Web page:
A giving tribe

Southern Ute Public Relations Coordinator, Trennie Collins receives a Thanksgiving meal from Executive Officer Andrew Frost for the Thanksgiving food drive; food items will be donated to a family in need.
Maria Rivera | The Southern Ute Drum

Holidays are just around the corner and for some Tribal Departments it’s the time of giving. This time of year families come together to spend quality time, have a nice meal and give each other gifts. While there are families who don’t have a problem with the seasonal expenses, other families struggle to make the holidays possible. Within the community and the Tribe, there are departments and businesses that do their part in helping families make the holidays better for those in need.

At the beginning of the school year, the Southern Ute Education Department distributed school supplies for Southern Ute and Johnson O’Malley families. Students received a backpack as well as all the supplies they needed for their grade level. Rez Girls Catering also gave away free school supplies to families in need, together they gave over one thousand dollars worth of supplies to students who weren’t able to afford them. They recently started a program where they donate two to three meals a week to families in need of assistance, nominated by community members.

The Southern Ute Indian Tribe’s Public Relations Department (PR) does a lot to help the community throughout the year. In February PR holds a coat drive and distributes donation boxes throughout the tribal campus as well as Farmers Fresh, ELHI, Ignacio Community Library, Ignacio Post Office and Thriftway. In February of 2016, Permanent Fund, Growth Fund and community members donated about one thousand coats and reached out to SUPD, Social Services, BGC, Ignacio Schools and the Senior Center to find people in need of warm coats. They also hold food drives for Thanksgiving and Christmas with the help of BGC. Together they find families within the community and tribal employees who are in need of Thanksgiving dinner as well as a few more meals to get them through the holiday weekend.

The Boys and Girls Club of The Southern Ute Indian Tribe (BGC) has several programs to help families in the community as well. BGC Mentor Coordinator Cassandra Sanchez runs the Backpack Program where they take a weekend worth of food, pack it into a backpack and distribute it at the Ignacio Schools every week. They now have 32 participants. “It helps families out a lot and we have developed a great relationship with the students,” Sanchez said. The school counselors identify the students to BGC and Manna Soup Kitchen of Durango provides the food.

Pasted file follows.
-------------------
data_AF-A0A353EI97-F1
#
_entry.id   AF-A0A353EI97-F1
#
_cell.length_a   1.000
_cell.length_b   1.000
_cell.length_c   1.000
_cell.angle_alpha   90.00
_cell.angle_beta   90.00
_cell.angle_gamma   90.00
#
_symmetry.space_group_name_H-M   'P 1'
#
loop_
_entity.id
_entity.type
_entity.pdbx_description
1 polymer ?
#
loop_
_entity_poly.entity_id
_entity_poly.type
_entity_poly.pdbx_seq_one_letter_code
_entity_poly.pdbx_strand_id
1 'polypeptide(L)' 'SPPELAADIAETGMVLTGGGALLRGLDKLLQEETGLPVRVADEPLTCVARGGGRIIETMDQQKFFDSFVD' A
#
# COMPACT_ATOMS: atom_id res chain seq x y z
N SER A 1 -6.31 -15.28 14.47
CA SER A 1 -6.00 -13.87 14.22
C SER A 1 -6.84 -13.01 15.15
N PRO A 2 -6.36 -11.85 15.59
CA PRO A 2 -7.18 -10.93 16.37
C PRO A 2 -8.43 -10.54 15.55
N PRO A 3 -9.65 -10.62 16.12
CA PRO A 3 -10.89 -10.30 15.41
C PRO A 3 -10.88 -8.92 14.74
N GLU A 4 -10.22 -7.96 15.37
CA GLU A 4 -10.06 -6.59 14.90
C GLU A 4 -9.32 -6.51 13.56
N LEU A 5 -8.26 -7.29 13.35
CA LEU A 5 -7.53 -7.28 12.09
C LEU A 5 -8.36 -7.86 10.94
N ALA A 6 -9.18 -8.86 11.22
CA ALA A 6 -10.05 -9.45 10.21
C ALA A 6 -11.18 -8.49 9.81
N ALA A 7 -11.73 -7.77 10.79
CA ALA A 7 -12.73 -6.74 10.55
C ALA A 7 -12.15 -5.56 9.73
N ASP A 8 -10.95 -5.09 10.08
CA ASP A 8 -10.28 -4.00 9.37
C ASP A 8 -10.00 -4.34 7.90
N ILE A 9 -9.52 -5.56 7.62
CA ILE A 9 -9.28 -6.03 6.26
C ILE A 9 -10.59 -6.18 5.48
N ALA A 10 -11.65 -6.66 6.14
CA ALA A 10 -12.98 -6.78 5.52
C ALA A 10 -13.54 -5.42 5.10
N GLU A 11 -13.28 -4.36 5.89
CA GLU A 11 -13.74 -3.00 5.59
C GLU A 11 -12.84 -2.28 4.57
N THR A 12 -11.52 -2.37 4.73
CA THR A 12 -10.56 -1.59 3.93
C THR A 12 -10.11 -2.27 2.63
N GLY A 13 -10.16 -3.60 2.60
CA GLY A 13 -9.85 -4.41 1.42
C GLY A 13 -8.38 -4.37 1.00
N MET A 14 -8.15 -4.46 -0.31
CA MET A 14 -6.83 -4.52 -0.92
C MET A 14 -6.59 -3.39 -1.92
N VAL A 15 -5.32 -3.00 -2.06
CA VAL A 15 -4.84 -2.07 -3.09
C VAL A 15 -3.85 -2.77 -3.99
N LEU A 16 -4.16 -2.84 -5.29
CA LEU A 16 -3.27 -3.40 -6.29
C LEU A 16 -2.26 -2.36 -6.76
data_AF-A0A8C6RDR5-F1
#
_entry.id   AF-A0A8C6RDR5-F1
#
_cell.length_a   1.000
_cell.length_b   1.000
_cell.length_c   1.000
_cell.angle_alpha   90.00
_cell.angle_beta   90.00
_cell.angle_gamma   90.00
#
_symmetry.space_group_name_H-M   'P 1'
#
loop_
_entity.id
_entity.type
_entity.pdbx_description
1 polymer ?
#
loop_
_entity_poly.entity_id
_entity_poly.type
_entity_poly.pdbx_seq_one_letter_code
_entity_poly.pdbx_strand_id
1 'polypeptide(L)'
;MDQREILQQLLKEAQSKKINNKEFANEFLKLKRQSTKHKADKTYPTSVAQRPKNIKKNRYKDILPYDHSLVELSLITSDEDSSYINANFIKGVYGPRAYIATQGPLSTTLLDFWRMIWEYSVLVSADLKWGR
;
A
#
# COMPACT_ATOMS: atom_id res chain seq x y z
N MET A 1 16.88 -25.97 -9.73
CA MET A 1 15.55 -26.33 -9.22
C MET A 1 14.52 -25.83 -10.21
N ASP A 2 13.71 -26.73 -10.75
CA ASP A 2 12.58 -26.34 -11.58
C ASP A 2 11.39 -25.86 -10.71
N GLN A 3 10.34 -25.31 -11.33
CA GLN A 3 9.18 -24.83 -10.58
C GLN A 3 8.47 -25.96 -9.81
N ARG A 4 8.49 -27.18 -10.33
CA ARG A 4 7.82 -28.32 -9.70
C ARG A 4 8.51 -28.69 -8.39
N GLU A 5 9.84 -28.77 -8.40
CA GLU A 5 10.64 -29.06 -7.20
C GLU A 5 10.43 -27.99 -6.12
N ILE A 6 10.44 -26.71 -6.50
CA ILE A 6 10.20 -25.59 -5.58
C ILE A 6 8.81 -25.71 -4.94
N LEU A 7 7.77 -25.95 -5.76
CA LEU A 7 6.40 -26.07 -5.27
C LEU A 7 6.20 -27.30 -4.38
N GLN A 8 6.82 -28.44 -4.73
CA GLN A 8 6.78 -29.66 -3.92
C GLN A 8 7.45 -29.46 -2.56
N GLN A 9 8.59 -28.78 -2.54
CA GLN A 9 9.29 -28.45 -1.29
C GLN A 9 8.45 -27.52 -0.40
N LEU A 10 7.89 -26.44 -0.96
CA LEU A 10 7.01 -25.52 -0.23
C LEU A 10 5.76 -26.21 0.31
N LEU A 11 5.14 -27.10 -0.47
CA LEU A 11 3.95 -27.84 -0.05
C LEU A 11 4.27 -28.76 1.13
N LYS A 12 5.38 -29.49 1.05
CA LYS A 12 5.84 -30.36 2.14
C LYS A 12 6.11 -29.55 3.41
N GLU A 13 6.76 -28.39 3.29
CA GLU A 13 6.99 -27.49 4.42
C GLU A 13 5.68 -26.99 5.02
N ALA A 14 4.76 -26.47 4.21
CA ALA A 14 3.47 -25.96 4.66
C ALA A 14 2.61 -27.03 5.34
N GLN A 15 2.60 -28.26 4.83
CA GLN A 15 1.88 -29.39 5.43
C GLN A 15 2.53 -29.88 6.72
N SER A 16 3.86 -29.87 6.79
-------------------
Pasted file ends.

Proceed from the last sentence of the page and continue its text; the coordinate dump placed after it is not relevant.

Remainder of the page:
Along with the food drive BGC holds a toy drive during the Christmas Holiday, where they put out boxes to collect toys from the community and tribal departments for kids ages infant to 15. They don’t tell the community what day they will distribute the toys. They team up with Los Pinos Fire and drive around with their sirens and intercoms to announce that they are handing out toys. They go to the Ignacio trailer park, Shoshone Park, Ignacio Peak, Cedar Point, Browning Avenue, Candelaria Heights, Northridge and Sunset Cir.

BGC Program Coordinator, Tristany Sanchez also created a program a few years ago called Random Acts of Kindness (RAK) for the kids in BGC. The program encourages kids to get into the community and give a helping hand or act of kindness. “I started the program to get the kids to understand that giving back is a good thing,” Sanchez said. They have gone around the community and visited tribal building throughout the years, handing out random gifts and lending a helping hand.

These programs have been successful and have helped many children and families. “I think it’s always good to give back and the Tribal Council and Executive Office supports PR and BGC,” PR Coordinator Trennie Collins said. Without these programs alot of families would not be able to celebrate some of the holidays, have adequate food or even the basic school necessities.

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